.NET 4.5: Eric St. John - Reducing Reboots During Framework Installation

Download this episode

Download Video


Software developer Eric St. John explains the work he and team have done to limit the necessity for reboots during the installation of the .NET Framework version 4.5 (now in Developer Preview mode). It's quite amazing how complex installation can be and the amount of work an installer has to do to enable the best possible experience for users installing the software. Eric and team have done some great work in the next release of .NET to limit the amount of time it takes to get the framework on your system (rebooting = time spent waiting). Tune in to hear the story behind this and meet Eric.



Available formats for this video:

Actual format may change based on video formats available and browser capability.

    The Discussion

    • Adam​Speight2008

      Then how can some Linux OS do OS level updates without requiring reboots / restarts?

      Is time that Microsoft / Windows rein-visioned update, for going some backwards compatibly?

      Why wasn't a CVS / NuGet type of approach considered? Then on next shutdown / restart, re-adjust to so it point to the latest version, sweeping away the old version as it does so?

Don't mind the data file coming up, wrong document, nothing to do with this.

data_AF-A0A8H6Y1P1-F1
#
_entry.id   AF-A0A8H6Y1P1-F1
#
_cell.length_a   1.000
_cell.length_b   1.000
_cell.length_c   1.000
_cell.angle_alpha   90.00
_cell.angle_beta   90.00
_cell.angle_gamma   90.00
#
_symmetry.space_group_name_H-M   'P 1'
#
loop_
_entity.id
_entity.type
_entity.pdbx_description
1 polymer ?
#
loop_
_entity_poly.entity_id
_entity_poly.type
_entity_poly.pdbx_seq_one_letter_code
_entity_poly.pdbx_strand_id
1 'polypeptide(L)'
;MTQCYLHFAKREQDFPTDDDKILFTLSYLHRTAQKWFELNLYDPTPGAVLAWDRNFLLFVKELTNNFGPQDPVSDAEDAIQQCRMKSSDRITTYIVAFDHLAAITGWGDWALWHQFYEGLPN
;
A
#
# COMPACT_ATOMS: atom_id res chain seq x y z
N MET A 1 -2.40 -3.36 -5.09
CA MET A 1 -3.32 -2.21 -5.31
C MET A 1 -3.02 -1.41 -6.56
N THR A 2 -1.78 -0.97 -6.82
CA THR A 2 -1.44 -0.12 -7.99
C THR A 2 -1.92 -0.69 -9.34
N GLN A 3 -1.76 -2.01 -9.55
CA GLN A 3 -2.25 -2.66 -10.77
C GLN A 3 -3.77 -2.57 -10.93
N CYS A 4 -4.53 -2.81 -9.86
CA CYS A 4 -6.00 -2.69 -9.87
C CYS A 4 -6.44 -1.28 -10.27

• EricStJohn

      I agree with you on re-envisioning update if we could forgo backwards compatibility, however .NET 4.5 is a replacement of .NET 4.0 where compatibility (even down to the existence of files in a particular path) must be maintained.  I am all for major effort to eliminate this problem entirely when we have a framework release that doesn't have such a strong compat goal.

    • stefant

      MS has a pattent hot kernel patching :)


      and the linux kernel I think they use this


    • Allen Feinberg

      Feedback - Why can't the dialog say "If you do NOT close the following apps then a MANDATORY reboot of yours system will be required. To avoid the MANDATORY reboot please close the following apps". Users aren't aware the consequence if they do not close the apps in use.

    • felix9